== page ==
Early steeplechase trophy part of auction smorgasbord
Author: Richard Brewster | Posted: 12th May, 2016
The 1853 “First Hunt Steeplechase Trophy” – offered for auction for the first time in 163 years – is a major highlight of Leonard Joel’s Asian Art, Classic Furniture & Objects auction from noon Sunday May 15 at 333 Malvern Road, South Yarra.
Ironically, the Leonard Joel’s sale takes place only a few blocks from where the trophy (won by colonial pioneer Alexander McLean Hunter’s horse Benedict) was originally presented – the former Prahran Course located in the precinct between what is now Toorak Road and Fawkner Park in Melbourne’s South Yarra.
One of five sons of Alexander Hunter, in 1839 Alexander MacLean Hunter emigrated to Australia to represent a company established by his father to acquire land in the Port Phillip settlement.
The operation also included livestock purchase and transport to the colony and grew to encompass land holdings in Victoria’s Western District, Warrnambool, Gippsland and South Australia.
Regarded as skilful horsemen, the Hunter brothers were well known in early Melbourne racing circles and Alexander MacLean owned several race-winning horses.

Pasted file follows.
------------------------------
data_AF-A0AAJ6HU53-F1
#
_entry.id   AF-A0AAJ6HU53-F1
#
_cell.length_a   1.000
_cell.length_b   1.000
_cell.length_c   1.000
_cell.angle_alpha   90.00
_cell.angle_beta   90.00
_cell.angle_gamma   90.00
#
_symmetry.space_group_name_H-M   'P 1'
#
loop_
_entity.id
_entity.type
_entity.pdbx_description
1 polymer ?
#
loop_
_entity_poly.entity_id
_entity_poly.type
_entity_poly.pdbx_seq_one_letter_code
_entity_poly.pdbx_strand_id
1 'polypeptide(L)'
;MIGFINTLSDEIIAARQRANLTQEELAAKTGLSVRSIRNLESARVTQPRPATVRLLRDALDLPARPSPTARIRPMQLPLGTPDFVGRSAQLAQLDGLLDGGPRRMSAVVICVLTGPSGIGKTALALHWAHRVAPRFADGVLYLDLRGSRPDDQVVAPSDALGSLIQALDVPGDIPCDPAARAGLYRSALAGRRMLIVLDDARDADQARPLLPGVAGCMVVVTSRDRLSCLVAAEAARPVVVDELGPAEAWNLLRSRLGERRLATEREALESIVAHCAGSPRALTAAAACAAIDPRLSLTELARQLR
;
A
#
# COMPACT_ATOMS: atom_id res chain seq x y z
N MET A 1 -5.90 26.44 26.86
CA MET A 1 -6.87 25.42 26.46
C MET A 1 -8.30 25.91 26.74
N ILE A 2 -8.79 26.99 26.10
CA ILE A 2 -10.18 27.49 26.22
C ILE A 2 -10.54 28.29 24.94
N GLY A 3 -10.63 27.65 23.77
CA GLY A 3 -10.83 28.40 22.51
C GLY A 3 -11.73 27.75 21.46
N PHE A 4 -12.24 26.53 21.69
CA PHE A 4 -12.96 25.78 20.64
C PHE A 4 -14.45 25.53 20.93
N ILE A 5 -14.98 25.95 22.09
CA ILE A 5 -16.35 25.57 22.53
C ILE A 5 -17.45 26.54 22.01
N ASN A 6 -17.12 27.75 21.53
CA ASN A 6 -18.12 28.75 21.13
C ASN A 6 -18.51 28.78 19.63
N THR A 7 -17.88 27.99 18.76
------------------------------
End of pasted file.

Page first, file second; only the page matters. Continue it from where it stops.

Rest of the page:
The auction contains several exemplary collections and the trophy is part of one of the finest offerings of silver to be seen in several years, with presentation pieces a major attraction.
Another notable example is a Victorian silver mounted novelty claret jug in the shape of a seal, by designer Alexander Crichton.
With the current demand for Crichton’s creations, this piece takes on further significance because of its inscription stating it was a gift from the Frankston Bowling Club to Major General Harold William Grimwade in 1937.
One of the best collections (including its silver content) in the sale is that of the late Sara-Jean ‘Sally’ Dilena, who died last year.
During the 1950s and 1960s, Sally was a pioneer in the successful Melbourne manufacture and retail of American confectionery – a commercial drive that co-existed with her passion for collecting.
She was a regular purchaser at Melbourne antique auctions and a valued customer of well-known retailers like Kozminsky Galleries in Bourke Street – and often presented her husband James with lengthy shopping lists for antique objects during his overseas trips, taken ostensibly for sourcing new products for her shop.